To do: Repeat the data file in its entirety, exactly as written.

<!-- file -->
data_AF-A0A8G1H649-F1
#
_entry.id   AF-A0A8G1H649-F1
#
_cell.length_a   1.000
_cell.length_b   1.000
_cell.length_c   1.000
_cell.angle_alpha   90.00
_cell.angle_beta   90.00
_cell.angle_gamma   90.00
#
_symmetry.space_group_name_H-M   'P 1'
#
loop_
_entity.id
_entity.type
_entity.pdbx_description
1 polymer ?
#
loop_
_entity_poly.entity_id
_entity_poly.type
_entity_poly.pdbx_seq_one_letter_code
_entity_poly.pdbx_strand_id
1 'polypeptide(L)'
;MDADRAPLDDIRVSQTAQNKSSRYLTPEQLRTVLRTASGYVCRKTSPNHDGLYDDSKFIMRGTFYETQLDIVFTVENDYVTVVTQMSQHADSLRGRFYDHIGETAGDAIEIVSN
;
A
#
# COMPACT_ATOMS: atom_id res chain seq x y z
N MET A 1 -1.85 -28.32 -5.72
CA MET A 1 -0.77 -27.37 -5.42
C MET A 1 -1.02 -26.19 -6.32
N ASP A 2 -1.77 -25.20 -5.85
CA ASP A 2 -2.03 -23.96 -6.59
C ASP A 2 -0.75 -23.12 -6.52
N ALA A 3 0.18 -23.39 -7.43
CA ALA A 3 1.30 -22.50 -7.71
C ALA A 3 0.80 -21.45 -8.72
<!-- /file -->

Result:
data_AF-A0A8G1H649-F1
#
_entry.id   AF-A0A8G1H649-F1
#
_cell.length_a   1.000
_cell.length_b   1.000
_cell.length_c   1.000
_cell.angle_alpha   90.00
_cell.angle_beta   90.00
_cell.angle_gamma   90.00
#
_symmetry.space_group_name_H-M   'P 1'
#
loop_
_entity.id
_entity.type
_entity.pdbx_description
1 polymer ?
#
loop_
_entity_poly.entity_id
_entity_poly.type
_entity_poly.pdbx_seq_one_letter_code
_entity_poly.pdbx_strand_id
1 'polypeptide(L)'
;MDADRAPLDDIRVSQTAQNKSSRYLTPEQLRTVLRTASGYVCRKTSPNHDGLYDDSKFIMRGTFYETQLDIVFTVENDYVTVVTQMSQHADSLRGRFYDHIGETAGDAIEIVSN
;
A
#
# COMPACT_ATOMS: atom_id res chain seq x y z
N MET A 1 -1.85 -28.32 -5.72
CA MET A 1 -0.77 -27.37 -5.42
C MET A 1 -1.02 -26.19 -6.32
N ASP A 2 -1.77 -25.20 -5.85
CA ASP A 2 -2.03 -23.96 -6.59
C ASP A 2 -0.75 -23.12 -6.52
N ALA A 3 0.18 -23.39 -7.43
CA ALA A 3 1.30 -22.50 -7.71
C ALA A 3 0.80 -21.45 -8.72